A man from Waikato who claims he gave free cannabis to elderly people for pain relief was searched and charged by police.
Meremere man Jason Tong yesterday in Huntly District Court found not guilty of charges of possession of cannabis for delivery and two charges of supply of a Class C controlled drug.
Tong said he just wanted to do his part for people in need – and that he had the support of a medical cannabis advocate who fears law enforcement against “green fairies” will become more common.
Tong happened to become a green fairy three years ago when his son was diagnosed with cancer and began looking for alternative medications, he said.
His wife discovered it was a cure for the arthritis in her hands, and he found it relieved his own severe back pain.
Tong started growing more plants and posted them in Kuia and barelyatua in his neighborhood – and then dozens of others around the country telling him they were in need and couldn’t afford any other medication.
It all ended a month ago when he looked out the window and saw police officers swarming around his property.
They took about 30 plants outside before moving inside.
“We just hacked all of our outdoor summer crops, so they took medication in one fell swoop for pretty much a full year,” he said.
“They searched the whole house. They took away all the cannabis, CBD oil, CBD balm and everything we had in the house.”
Tong believed he was targeted because two packages he dropped off at a post office in Pukekohe smelled like cannabis.
However, he insisted that the raid was misdirected.
“They seemed to think we were doing a big growth operation and feeding gangs,” he said.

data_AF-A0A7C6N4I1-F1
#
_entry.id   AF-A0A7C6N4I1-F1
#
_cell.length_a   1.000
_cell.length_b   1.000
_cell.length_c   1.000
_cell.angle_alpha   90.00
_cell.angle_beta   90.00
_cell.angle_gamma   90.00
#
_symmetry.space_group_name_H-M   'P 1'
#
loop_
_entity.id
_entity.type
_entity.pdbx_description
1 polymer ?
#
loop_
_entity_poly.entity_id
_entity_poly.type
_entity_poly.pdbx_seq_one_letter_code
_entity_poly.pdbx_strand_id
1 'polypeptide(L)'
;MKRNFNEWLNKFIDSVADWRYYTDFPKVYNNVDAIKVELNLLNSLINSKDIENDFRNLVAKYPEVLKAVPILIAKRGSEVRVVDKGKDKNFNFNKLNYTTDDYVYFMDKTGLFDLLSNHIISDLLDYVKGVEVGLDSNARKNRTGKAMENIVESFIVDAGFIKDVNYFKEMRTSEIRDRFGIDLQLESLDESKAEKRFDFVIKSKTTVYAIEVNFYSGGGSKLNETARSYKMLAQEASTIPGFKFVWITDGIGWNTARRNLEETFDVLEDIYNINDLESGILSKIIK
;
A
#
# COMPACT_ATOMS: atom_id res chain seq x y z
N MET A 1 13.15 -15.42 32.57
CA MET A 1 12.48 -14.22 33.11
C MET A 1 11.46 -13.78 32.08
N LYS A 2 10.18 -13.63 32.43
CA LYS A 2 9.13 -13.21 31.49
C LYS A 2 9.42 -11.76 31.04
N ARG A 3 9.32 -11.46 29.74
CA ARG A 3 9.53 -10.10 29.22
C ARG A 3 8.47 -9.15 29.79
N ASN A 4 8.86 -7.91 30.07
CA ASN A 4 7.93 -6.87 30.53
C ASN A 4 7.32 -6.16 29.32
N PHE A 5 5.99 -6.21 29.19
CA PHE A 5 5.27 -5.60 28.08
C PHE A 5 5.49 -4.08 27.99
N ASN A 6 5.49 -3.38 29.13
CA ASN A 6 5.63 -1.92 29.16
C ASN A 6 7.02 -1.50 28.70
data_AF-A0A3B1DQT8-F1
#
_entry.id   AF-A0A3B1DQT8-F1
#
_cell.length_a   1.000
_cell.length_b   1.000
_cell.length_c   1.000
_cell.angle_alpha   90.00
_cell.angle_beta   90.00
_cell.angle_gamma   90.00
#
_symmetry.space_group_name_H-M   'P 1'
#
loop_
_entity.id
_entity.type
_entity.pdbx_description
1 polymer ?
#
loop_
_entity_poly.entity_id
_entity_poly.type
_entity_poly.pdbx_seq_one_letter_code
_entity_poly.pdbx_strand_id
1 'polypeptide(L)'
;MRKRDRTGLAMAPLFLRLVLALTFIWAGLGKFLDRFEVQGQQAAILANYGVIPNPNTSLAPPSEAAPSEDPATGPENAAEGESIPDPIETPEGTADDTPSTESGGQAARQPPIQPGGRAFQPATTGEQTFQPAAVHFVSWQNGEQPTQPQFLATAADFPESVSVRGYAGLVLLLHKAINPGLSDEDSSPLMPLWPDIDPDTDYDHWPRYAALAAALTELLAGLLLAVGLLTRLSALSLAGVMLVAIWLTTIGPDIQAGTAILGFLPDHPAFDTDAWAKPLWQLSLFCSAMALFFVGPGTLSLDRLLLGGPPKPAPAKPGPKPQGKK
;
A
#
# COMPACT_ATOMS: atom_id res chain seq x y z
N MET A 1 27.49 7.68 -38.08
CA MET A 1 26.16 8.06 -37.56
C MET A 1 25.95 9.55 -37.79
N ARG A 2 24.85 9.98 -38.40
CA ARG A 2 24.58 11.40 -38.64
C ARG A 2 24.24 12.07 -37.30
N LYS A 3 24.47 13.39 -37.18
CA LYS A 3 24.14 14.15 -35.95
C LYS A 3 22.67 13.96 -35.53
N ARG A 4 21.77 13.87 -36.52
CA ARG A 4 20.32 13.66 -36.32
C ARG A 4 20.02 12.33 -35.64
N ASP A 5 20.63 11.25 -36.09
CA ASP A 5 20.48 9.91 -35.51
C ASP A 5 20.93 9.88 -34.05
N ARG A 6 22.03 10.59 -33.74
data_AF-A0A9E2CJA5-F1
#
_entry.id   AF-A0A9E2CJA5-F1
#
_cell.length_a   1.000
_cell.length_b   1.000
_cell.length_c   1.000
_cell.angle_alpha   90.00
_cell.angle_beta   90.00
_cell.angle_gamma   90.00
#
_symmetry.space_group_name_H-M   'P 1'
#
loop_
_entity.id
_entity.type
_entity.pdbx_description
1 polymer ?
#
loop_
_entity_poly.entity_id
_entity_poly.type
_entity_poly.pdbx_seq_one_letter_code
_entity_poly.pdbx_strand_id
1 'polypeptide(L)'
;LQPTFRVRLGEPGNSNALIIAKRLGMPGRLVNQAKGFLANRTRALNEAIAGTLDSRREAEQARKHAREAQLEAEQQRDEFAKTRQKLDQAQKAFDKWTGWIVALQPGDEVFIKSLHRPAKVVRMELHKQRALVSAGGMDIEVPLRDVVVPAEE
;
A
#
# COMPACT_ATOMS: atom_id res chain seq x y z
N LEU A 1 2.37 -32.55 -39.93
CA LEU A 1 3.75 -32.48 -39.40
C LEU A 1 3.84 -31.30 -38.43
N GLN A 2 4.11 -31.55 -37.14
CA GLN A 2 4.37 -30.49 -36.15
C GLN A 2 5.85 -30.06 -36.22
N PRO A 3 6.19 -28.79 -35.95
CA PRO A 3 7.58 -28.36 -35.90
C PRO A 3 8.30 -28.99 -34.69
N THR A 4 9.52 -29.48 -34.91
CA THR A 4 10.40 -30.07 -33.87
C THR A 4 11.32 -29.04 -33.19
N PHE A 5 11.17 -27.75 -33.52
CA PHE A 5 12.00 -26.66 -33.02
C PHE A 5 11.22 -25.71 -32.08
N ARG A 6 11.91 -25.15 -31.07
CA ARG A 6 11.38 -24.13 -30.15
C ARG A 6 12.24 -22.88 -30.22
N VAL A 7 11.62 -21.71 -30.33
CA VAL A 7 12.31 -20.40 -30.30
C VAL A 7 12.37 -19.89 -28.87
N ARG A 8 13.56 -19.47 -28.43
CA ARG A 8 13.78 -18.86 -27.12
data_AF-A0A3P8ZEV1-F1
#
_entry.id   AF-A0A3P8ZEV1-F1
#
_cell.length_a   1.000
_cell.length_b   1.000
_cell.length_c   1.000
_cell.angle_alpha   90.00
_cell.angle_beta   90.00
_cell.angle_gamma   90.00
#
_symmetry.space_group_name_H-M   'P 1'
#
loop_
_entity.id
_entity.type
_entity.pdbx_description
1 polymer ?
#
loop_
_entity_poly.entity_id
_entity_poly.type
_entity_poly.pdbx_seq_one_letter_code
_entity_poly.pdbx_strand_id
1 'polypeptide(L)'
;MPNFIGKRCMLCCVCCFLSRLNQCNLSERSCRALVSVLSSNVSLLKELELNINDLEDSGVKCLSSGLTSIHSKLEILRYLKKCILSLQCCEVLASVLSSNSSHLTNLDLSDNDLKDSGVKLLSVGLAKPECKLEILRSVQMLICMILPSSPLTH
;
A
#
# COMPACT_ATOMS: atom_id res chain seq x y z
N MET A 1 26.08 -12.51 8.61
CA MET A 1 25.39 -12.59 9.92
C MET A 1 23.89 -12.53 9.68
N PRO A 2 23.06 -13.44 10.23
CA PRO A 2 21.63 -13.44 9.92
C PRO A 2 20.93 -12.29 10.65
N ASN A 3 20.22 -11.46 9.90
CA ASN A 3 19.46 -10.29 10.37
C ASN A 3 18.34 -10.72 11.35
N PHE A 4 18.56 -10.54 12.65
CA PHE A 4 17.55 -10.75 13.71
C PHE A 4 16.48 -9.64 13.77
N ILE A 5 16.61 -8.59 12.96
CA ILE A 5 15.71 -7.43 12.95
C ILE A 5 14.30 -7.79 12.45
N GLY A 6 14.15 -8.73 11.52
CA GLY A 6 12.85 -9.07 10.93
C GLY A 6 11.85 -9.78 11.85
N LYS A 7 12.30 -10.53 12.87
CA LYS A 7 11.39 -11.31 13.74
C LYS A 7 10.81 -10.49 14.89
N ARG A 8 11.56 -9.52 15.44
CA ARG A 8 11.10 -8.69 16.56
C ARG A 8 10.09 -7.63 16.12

“Sometime [during the raid] The detective in charge came out and asked me to tell them where the money or the safe was because if I didn’t tell them he said they were going to tear the house to pieces. I said to him at that point that there is no money. I almost laughed at him. “
Yesterday, Tong and his son appeared in Huntly District Court and were found guilty of undisclosed charges of possession of cannabis for delivery and two charges of supply of a Class C controlled drug.
He claimed he had done nothing wrong and wanted the police to consider dropping their charges.
“I don’t think we’re hurting anyone. The people we care for agree with adults and many of them don’t want to go the pharmaceutical route.
“Sure, there are some people out there who are trading drugs for the wrong reasons. But there are many of us who are doing it for the right reasons.”
Scope – or not
The law adds some latitude through an amendment to the Drug Abuse Act of 2019, which gives the police the discretion not to be prosecuted in some cases.
Khylee Quince, associate professor of law at Auckland University of Technology, said the situation was more complicated when this person was a green fairy like Tong with over 28 grams of cannabis.
“The law says that once you have that amount, it will be assumed that you have it as a drug dealer. While the problem with green fairies is motive – that they grow and deliver to help other people. You. You.” So they’re not traditional drug dealers, “Quince said.
Shane le Brun, coordinator of the Medical Cannabis Awareness New Zealand charity, said he was appalled by Tong’s situation but not surprised after seeing several of them in the past few weeks.
Medical cannabis is legal in New Zealand, but Le Brun said there is only one product that has been prescribed and for most people “cost is the biggest obstacle” with a price of up to $ 1,000 a month.
Until that changed, people like Tong would continue to be punished, he said.
This is another reason for the full decriminalization of cannabis, as advocated by dozens of social service and health care organizations last month, Le Brun said.
“You basically have to blow up the health minister and blame another politician for the drug abuse law.”
Tong said he visited his doctor and has now received a prescription for seven different types of pain relievers to replace the cannabis he used.
The police have been asked to comment.